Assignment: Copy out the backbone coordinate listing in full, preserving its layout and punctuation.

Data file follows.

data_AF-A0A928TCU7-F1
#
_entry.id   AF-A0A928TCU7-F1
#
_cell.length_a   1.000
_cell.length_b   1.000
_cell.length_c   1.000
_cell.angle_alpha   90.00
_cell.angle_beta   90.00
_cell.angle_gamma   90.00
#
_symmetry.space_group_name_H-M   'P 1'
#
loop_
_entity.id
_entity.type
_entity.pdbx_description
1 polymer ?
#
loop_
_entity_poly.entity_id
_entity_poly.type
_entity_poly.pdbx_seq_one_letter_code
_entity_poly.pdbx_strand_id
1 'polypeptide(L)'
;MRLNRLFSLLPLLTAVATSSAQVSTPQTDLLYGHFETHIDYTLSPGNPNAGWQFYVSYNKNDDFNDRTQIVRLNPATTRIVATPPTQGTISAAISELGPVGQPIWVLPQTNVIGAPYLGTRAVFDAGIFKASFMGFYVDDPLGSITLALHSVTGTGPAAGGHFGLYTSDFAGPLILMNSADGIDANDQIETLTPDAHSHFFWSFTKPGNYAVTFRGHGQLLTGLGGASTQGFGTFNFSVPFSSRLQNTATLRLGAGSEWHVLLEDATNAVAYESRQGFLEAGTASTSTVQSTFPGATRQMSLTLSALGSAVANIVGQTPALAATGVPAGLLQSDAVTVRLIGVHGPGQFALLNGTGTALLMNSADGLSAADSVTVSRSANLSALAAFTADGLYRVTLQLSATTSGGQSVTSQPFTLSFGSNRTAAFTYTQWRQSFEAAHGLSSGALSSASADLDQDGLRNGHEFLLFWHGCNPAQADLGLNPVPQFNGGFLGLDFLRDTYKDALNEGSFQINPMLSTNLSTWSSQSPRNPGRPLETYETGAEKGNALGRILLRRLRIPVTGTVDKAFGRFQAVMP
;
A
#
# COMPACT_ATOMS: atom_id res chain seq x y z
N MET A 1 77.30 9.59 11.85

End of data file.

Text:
data_AF-A0A928TCU7-F1
#
_entry.id   AF-A0A928TCU7-F1
#
_cell.length_a   1.000
_cell.length_b   1.000
_cell.length_c   1.000
_cell.angle_alpha   90.00
_cell.angle_beta   90.00
_cell.angle_gamma   90.00
#
_symmetry.space_group_name_H-M   'P 1'
#
loop_
_entity.id
_entity.type
_entity.pdbx_description
1 polymer ?
#
loop_
_entity_poly.entity_id
_entity_poly.type
_entity_poly.pdbx_seq_one_letter_code
_entity_poly.pdbx_strand_id
1 'polypeptide(L)'
;MRLNRLFSLLPLLTAVATSSAQVSTPQTDLLYGHFETHIDYTLSPGNPNAGWQFYVSYNKNDDFNDRTQIVRLNPATTRIVATPPTQGTISAAISELGPVGQPIWVLPQTNVIGAPYLGTRAVFDAGIFKASFMGFYVDDPLGSITLALHSVTGTGPAAGGHFGLYTSDFAGPLILMNSADGIDANDQIETLTPDAHSHFFWSFTKPGNYAVTFRGHGQLLTGLGGASTQGFGTFNFSVPFSSRLQNTATLRLGAGSEWHVLLEDATNAVAYESRQGFLEAGTASTSTVQSTFPGATRQMSLTLSALGSAVANIVGQTPALAATGVPAGLLQSDAVTVRLIGVHGPGQFALLNGTGTALLMNSADGLSAADSVTVSRSANLSALAAFTADGLYRVTLQLSATTSGGQSVTSQPFTLSFGSNRTAAFTYTQWRQSFEAAHGLSSGALSSASADLDQDGLRNGHEFLLFWHGCNPAQADLGLNPVPQFNGGFLGLDFLRDTYKDALNEGSFQINPMLSTNLSTWSSQSPRNPGRPLETYETGAEKGNALGRILLRRLRIPVTGTVDKAFGRFQAVMP
;
A
#
# COMPACT_ATOMS: atom_id res chain seq x y z
N MET A 1 77.30 9.59 11.85